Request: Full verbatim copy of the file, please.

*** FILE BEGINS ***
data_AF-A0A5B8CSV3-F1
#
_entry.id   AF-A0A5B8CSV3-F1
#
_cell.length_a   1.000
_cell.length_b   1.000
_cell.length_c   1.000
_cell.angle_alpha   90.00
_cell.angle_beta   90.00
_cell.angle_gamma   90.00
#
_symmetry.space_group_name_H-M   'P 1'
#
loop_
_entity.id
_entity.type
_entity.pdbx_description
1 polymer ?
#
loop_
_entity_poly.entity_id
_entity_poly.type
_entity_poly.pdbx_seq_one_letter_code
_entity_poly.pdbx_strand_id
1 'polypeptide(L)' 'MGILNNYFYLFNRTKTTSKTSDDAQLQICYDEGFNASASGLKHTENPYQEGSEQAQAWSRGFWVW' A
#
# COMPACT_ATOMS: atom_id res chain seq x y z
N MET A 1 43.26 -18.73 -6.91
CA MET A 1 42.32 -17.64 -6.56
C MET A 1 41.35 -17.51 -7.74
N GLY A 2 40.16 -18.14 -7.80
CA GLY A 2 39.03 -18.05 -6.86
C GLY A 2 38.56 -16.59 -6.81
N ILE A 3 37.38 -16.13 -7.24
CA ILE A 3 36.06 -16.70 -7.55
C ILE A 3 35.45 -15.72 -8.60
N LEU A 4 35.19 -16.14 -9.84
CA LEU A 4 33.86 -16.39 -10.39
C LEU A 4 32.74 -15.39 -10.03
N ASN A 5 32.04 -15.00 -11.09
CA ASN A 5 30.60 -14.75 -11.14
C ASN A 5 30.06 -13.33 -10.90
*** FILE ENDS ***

data_AF-A0A5B8CSV3-F1
#
_entry.id   AF-A0A5B8CSV3-F1
#
_cell.length_a   1.000
_cell.length_b   1.000
_cell.length_c   1.000
_cell.angle_alpha   90.00
_cell.angle_beta   90.00
_cell.angle_gamma   90.00
#
_symmetry.space_group_name_H-M   'P 1'
#
loop_
_entity.id
_entity.type
_entity.pdbx_description
1 polymer ?
#
loop_
_entity_poly.entity_id
_entity_poly.type
_entity_poly.pdbx_seq_one_letter_code
_entity_poly.pdbx_strand_id
1 'polypeptide(L)' 'MGILNNYFYLFNRTKTTSKTSDDAQLQICYDEGFNASASGLKHTENPYQEGSEQAQAWSRGFWVW' A
#
# COMPACT_ATOMS: atom_id res chain seq x y z
N MET A 1 43.26 -18.73 -6.91
CA MET A 1 42.32 -17.64 -6.56
C MET A 1 41.35 -17.51 -7.74
N GLY A 2 40.16 -18.14 -7.80
CA GLY A 2 39.03 -18.05 -6.86
C GLY A 2 38.56 -16.59 -6.81
N ILE A 3 37.38 -16.13 -7.24
CA ILE A 3 36.06 -16.70 -7.55
C ILE A 3 35.45 -15.72 -8.60
N LEU A 4 35.19 -16.14 -9.84
CA LEU A 4 33.86 -16.39 -10.39
C LEU A 4 32.74 -15.39 -10.03
N ASN A 5 32.04 -15.00 -11.09
CA ASN A 5 30.60 -14.75 -11.14
C ASN A 5 30.06 -13.33 -10.90